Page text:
1 / 0 tends to ∞. Add the other resistances (at -1 power) and you still got ∞. Now 1 / ∞ tends to 0 ohms parallel resistance.

\${1 \over { {1 \over 10} + {1 \over 10} + {1 \over 0} }} = {1 \over \infty} = 0\$

In the other situation, 1 / ∞ tends to 0. So it doesn't affect equivalent resistance.

A resistor with a value that tends to ∞ is basically an (ideal) insulator. Current through it tends to 0 amps. It behaves like an open circuit.

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Since an answer has already been accepted, I just want to add another perspective on circuit (c) with the paralleled short-circuit.

One way to look at this problem without taking a limit as the resistance goes to zero or being fussy about \$\frac{1}{0}\$ is to recall this:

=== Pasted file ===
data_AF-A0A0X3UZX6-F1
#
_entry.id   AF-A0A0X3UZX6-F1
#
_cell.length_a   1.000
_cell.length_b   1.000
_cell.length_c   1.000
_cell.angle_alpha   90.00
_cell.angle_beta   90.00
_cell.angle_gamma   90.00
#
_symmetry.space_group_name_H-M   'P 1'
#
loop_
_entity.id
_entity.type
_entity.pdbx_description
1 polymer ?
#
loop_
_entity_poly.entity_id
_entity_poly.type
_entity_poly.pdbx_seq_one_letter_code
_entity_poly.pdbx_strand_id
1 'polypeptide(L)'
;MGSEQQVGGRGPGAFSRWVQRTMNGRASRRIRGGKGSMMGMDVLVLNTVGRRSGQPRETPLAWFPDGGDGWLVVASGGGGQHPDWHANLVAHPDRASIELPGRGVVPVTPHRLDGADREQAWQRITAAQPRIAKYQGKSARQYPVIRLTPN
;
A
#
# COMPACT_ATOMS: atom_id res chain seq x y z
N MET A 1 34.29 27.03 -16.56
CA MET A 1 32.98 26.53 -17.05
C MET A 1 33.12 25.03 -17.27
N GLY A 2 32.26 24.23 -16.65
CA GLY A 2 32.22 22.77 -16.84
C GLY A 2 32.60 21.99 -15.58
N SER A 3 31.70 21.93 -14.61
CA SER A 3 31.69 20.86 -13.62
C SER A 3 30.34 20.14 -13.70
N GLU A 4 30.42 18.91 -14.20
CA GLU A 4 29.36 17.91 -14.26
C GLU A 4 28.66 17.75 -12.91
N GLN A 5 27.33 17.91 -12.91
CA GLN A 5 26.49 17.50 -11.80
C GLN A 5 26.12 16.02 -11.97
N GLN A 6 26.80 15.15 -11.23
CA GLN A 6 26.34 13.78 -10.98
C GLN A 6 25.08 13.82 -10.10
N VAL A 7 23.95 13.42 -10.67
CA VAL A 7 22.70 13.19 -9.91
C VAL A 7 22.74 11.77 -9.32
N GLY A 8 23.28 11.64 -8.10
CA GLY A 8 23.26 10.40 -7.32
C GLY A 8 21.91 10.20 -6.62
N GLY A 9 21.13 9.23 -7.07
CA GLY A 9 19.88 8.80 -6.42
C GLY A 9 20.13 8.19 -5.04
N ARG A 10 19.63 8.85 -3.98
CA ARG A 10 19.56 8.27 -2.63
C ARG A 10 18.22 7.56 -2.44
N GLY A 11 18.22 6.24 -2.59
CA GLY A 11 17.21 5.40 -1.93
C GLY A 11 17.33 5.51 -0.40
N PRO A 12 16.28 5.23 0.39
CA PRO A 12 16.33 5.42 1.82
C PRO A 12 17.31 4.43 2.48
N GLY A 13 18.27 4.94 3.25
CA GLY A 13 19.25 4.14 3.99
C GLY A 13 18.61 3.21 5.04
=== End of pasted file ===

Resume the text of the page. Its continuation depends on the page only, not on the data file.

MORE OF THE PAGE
• for an ideal short-circuit, the voltage across the short-circuit is 0V for any value of current through

In other words, an ideal short-circuit is essentially indistinguishable from a 0V ideal voltage source.

Thus, one might approach problem (c) by redrawing as follows:


simulate this circuit – Schematic created using CircuitLab

The current is then easily found, by Ohm's law, to be

$$I = \frac{12V}{2\Omega} = 6A$$

Note that the \$10\Omega\$ resistors don't enter into the solution at all since there is 0V across each one.

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Does the short circuit completely eliminate any resistance so that the equation becomes...

In short, the answer is yes. In real life, the battery ESR is not going to change to a magical 2ohms due to a brief short circuit. The books author just wanted to see if you could read, follow directions, and do some math.

In real the real world, you could calculate the approximate resistance if given the type of material and length of the conductors. What the calculations would show is that the current would be very high in real world situation.

And, in this real world, the fuse would quickly blow, and the real world current would be zero after only a very brief period of time. Then, you would need to buy another fuse.